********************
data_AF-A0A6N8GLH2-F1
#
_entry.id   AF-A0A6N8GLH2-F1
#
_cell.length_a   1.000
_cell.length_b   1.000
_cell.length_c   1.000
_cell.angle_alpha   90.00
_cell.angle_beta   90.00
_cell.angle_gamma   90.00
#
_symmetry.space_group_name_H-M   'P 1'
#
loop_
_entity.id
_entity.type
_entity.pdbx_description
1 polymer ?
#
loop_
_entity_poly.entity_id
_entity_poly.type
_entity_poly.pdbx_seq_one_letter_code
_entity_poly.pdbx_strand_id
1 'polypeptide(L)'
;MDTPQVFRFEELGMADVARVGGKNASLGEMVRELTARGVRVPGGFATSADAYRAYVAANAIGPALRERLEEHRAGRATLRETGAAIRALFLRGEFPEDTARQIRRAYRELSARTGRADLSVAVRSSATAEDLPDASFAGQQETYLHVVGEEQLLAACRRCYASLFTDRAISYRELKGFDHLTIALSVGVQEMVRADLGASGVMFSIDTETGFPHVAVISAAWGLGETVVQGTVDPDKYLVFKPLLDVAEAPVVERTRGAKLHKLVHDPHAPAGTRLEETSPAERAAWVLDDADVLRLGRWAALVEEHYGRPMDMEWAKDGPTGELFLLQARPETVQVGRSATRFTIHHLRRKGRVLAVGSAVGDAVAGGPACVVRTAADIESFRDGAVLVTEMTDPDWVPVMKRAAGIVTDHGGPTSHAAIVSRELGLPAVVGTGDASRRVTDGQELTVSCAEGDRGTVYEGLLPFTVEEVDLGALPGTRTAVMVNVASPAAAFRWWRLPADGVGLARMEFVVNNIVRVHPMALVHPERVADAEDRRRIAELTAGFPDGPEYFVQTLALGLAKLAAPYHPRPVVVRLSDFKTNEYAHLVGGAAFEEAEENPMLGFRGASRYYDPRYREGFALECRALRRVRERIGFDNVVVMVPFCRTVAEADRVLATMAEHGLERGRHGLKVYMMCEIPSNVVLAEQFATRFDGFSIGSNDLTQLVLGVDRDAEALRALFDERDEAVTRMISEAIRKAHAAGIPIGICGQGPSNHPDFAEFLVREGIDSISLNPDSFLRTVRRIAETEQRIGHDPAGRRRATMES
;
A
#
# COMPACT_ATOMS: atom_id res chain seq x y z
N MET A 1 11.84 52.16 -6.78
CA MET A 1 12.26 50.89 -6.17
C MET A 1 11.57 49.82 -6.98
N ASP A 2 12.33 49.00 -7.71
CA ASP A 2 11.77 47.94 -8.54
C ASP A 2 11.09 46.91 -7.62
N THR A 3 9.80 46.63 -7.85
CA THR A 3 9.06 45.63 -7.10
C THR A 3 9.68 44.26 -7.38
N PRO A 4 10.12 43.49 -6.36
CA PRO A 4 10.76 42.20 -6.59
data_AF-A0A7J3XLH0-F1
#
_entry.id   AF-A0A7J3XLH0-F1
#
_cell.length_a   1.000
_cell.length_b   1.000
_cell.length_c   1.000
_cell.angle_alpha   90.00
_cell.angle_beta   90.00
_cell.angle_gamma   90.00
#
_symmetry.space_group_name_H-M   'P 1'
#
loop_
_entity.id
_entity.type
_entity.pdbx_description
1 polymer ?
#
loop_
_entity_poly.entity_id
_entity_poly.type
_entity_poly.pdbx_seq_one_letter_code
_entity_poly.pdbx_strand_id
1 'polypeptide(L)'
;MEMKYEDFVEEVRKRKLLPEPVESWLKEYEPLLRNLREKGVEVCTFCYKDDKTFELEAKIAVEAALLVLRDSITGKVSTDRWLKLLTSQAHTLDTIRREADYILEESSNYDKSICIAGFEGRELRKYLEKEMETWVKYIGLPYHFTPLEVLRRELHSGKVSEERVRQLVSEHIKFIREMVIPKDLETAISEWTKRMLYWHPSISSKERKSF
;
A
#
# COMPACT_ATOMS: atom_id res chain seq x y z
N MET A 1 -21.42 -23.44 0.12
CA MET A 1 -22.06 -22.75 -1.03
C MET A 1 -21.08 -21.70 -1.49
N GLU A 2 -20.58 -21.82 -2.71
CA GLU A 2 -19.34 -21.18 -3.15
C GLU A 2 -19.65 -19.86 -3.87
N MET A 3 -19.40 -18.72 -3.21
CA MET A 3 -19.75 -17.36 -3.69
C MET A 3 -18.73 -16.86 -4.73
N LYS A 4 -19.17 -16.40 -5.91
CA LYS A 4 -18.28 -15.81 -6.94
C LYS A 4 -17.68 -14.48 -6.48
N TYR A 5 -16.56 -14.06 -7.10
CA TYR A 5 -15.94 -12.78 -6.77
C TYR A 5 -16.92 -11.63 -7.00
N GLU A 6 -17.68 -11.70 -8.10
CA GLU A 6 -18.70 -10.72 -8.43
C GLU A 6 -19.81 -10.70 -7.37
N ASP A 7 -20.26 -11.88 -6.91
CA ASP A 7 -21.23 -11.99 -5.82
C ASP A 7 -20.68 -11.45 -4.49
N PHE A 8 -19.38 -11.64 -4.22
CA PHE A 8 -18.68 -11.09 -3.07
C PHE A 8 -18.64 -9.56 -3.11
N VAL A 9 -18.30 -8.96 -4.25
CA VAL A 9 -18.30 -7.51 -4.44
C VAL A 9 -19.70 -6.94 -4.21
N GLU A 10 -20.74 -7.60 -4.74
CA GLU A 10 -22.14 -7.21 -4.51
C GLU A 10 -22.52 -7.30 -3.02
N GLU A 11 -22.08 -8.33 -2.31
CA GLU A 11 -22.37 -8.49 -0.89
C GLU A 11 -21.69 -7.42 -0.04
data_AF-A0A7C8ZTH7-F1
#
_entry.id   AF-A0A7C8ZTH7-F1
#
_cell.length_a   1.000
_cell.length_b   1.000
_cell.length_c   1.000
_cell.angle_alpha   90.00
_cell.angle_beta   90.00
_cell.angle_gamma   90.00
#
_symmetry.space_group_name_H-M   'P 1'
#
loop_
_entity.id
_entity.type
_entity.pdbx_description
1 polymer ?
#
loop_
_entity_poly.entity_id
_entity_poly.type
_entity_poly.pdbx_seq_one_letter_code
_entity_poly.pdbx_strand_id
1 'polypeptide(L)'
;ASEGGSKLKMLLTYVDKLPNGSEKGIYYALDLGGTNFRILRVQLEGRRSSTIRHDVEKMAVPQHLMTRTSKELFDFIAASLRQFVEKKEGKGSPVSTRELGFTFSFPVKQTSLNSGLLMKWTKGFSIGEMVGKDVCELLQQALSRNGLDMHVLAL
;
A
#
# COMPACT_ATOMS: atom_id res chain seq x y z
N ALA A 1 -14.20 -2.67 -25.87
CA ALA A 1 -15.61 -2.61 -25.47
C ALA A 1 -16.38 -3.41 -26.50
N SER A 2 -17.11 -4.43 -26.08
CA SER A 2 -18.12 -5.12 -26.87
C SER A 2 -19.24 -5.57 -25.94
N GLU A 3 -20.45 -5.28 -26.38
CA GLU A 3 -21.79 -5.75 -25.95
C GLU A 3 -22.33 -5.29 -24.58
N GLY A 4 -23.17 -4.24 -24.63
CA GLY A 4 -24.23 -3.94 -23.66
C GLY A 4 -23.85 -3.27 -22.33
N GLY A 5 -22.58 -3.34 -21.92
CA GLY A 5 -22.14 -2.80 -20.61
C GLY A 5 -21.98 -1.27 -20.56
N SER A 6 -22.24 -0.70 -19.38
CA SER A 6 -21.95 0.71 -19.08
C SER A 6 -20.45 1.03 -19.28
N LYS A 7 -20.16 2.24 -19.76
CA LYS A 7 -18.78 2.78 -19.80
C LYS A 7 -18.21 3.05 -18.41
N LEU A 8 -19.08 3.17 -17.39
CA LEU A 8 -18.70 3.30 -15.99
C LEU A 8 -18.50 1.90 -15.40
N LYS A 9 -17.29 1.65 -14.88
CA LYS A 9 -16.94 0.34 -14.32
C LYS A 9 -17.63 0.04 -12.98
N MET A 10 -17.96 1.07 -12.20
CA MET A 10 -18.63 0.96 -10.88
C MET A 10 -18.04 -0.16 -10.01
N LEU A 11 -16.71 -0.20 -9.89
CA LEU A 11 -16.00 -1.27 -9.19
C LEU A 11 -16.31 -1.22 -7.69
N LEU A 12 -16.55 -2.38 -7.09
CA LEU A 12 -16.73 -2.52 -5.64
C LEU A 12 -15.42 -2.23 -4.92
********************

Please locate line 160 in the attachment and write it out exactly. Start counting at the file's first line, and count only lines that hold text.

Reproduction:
CA LYS A 9 -16.94 0.34 -14.32